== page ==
While Long is ranked higher, Ben Kanute (PTO #11) has the all-round swim, bike and run speed that could see him finish as the best US athlete at the event. He had the fourth-fastest time at the Collins Cup behind Frodeno, Iden and Baekkegard, so is in great form but suffered in St. George in May only coming 26th.

George Goodwin (PTO #13) missed out on Collins Cup selection so will be all-in for 70.3 worlds. After taking third at the PTO 2020 champs in Daytona last December, the Brit showed his class to take the 70.3 European title in June. However, like Kanute, he had a substandard race in St. George this May with a 17th place finish.

Look Out For

All-star swimmer and fifth-fastest finisher at the Collins Cup, Sam Appleton (PTO #15) should be right up there.

The pedigree of nine-time world champ Javier Gomez (PTO #16) is always worth taking notice of.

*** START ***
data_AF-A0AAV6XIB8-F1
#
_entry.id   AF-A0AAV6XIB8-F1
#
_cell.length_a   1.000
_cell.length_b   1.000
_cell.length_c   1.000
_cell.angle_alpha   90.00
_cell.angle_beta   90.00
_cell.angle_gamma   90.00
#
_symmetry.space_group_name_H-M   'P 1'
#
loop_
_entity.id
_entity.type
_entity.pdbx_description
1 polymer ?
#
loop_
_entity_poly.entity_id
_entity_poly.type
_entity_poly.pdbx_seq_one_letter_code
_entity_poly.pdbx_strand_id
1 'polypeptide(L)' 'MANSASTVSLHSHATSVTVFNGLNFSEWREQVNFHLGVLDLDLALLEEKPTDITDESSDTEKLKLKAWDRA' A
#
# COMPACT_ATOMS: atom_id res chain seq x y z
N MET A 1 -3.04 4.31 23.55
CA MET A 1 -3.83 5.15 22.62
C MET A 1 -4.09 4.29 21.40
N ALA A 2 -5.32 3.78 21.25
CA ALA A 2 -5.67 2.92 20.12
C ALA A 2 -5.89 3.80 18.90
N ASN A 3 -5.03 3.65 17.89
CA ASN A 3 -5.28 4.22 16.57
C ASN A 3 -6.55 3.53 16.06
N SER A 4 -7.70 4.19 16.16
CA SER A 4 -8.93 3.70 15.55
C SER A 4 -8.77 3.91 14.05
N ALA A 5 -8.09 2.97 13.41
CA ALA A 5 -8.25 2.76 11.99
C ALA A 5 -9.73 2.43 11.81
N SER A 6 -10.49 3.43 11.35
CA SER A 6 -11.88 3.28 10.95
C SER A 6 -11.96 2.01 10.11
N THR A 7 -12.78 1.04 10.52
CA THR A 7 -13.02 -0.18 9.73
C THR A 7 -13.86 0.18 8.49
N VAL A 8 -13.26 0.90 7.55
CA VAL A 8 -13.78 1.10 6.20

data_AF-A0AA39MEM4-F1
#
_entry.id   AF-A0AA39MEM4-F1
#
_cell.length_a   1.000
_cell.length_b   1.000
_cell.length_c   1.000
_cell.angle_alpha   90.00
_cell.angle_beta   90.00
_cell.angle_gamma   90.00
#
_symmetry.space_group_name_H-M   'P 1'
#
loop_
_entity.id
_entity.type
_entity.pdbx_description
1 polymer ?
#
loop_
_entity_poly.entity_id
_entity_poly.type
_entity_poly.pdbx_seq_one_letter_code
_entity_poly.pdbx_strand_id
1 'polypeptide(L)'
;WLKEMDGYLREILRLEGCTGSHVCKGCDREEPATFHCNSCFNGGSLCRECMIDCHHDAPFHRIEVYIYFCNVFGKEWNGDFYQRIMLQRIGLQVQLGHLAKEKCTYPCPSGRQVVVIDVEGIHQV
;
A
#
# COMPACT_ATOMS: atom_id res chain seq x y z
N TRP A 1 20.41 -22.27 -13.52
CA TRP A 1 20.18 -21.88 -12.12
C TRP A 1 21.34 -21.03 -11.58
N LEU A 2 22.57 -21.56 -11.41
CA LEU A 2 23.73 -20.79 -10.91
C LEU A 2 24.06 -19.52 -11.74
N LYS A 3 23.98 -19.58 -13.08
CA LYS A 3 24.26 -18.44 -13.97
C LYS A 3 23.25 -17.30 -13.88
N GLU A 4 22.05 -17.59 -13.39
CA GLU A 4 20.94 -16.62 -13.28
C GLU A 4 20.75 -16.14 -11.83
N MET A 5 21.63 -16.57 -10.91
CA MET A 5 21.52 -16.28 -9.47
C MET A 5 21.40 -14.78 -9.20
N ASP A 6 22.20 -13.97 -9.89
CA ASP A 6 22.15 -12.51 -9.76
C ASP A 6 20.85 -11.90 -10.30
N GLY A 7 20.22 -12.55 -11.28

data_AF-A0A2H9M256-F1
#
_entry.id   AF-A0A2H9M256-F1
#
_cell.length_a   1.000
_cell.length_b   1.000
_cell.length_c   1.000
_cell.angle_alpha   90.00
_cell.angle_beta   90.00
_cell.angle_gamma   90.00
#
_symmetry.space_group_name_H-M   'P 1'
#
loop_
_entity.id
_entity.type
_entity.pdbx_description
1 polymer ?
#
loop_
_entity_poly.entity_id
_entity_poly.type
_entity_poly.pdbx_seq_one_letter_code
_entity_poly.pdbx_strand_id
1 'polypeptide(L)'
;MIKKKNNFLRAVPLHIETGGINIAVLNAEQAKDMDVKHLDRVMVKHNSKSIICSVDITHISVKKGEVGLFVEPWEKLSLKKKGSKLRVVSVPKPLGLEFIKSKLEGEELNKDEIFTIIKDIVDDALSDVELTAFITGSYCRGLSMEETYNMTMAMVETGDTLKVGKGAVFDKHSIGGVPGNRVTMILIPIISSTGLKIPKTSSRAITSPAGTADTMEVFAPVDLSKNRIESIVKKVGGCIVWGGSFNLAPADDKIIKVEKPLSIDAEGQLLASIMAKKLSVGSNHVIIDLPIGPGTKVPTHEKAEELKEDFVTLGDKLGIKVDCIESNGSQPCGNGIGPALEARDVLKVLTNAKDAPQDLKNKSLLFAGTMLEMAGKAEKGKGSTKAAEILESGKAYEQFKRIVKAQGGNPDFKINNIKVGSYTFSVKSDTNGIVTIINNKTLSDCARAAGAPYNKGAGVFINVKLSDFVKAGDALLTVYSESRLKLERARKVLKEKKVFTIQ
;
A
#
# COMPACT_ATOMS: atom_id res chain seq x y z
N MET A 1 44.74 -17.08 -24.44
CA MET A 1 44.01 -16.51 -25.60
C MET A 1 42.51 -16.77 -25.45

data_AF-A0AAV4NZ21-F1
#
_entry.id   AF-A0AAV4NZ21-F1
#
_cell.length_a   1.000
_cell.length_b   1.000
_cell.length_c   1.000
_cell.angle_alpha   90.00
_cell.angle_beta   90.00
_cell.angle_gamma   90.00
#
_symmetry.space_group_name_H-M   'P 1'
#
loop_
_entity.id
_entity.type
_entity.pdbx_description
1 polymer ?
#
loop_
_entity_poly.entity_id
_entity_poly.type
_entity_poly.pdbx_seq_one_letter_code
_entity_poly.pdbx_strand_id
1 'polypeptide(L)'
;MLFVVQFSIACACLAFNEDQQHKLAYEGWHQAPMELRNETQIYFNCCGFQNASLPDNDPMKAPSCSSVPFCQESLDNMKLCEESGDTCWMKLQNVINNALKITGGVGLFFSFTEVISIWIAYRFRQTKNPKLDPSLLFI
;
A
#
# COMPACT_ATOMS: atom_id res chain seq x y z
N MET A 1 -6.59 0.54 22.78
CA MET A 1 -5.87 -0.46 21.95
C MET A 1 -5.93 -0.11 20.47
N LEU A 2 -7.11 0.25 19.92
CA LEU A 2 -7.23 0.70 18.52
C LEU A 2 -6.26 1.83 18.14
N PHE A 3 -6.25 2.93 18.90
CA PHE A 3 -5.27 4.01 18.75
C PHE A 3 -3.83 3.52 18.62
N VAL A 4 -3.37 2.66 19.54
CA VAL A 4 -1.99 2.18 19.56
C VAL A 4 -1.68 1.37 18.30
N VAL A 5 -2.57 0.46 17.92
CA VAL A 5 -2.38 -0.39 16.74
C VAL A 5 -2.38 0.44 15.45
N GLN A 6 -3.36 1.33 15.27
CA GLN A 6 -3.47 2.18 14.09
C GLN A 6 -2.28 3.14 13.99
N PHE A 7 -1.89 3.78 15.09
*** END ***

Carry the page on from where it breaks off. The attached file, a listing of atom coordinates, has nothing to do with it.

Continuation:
Florian Angert (PTO #23) is a swim-bike beast and just won Challenge Samorin.

Jackson Laundry (PTO #26) had the fourth-fastest run at the Collins Cup and that form could see him finish strong here too.

Women’s Race

Daniela Ryf bounced back after illness at the Collins Cup to win IM Switzerland on 5 September, but that effort is unlikely to dent her power here. Never too far behind in the swim, the Swiss star is peerless on the bike, creating insurmountable leads on her opponents. Because of that, we’ve not seen her pushed in a run battle but given Ryf’s already got five 70.3 world titles in the bag, it would be foolish to bet against her. She also won 70.3 St. George in May, so we know she races well over this terrain.

As in years past in Kona, Lucy Charles-Barclay could be Ryf’s biggest threat in St. George. Despite being ill at the Collins Cup, the 70.3 European champ put in the second-fastest time of the day. She’s bound to have a lead out the swim and if she can hold Ryf when the pass we’re all expecting happens, it’ll be a great running duel to the finish.

Holly Lawrence came second to Charles-Barclay at the 70.3 Euro champs but that was a week after winning 70.3 Des Moines stateside. A true all-rounder, Lawrence came closest to Ryf at the 2019 worlds on a course that didn’t suit her. Lawrence took sixth at 70.3 St. George in May but expect her to finish higher this weekend.